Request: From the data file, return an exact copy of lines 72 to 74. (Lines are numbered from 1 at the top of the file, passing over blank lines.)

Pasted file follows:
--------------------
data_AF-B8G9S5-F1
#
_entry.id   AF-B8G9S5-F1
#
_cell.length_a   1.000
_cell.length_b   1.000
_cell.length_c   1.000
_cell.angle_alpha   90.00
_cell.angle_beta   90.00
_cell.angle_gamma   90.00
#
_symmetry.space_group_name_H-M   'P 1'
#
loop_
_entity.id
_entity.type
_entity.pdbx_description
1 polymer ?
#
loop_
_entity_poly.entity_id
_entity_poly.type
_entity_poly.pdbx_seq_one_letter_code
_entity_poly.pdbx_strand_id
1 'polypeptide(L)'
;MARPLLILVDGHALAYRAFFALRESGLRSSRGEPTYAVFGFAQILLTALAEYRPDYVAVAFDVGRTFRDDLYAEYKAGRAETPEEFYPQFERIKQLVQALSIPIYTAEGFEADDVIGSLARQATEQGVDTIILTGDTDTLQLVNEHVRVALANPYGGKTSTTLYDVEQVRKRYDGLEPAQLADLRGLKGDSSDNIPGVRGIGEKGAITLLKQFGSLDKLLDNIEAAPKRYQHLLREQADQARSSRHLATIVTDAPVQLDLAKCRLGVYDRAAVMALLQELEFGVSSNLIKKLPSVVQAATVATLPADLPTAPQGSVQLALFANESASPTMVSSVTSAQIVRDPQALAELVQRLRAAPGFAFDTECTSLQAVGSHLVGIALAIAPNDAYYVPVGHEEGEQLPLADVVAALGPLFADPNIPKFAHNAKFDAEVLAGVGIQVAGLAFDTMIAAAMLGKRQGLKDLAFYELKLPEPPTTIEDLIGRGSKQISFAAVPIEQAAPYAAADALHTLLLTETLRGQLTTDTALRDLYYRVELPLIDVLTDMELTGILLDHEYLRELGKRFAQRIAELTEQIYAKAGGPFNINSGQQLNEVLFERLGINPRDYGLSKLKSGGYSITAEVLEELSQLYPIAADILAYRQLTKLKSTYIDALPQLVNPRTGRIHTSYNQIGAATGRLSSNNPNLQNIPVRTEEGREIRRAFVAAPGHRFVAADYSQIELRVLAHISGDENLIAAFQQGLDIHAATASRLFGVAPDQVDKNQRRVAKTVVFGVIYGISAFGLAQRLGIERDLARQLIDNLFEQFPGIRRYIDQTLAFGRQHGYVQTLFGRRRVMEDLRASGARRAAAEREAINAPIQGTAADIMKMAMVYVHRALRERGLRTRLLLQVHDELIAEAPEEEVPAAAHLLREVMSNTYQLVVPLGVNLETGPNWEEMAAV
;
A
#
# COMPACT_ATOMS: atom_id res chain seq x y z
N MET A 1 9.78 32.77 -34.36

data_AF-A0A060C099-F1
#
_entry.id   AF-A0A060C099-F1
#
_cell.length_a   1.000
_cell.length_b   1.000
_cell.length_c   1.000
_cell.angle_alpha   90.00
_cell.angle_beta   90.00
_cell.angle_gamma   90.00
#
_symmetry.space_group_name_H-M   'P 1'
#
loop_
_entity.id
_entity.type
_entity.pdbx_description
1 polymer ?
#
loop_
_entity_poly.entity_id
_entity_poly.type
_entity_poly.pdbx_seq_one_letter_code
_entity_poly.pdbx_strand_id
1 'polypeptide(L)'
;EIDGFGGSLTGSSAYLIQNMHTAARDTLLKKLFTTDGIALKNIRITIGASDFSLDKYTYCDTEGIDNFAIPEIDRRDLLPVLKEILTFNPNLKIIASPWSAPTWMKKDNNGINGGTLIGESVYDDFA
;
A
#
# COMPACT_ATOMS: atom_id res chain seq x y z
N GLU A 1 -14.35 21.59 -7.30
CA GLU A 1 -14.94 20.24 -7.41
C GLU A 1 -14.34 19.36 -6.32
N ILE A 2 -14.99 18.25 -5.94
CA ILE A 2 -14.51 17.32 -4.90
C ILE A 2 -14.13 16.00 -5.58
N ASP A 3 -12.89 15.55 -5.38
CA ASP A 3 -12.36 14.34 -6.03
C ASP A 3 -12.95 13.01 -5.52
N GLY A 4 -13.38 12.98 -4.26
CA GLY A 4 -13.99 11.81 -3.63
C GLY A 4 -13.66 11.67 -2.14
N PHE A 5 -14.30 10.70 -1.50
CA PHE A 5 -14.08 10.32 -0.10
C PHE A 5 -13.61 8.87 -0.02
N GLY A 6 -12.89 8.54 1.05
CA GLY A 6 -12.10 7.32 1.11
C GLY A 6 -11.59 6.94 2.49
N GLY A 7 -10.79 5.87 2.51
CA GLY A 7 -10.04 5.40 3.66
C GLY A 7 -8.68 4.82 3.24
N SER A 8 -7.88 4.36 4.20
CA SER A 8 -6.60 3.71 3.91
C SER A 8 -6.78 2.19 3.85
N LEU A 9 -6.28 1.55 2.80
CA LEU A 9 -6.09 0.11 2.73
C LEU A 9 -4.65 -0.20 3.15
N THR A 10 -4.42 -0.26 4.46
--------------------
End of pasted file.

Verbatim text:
CA GLY A 4 -13.99 11.81 -3.63
C GLY A 4 -13.66 11.67 -2.14
N PHE A 5 -14.30 10.70 -1.50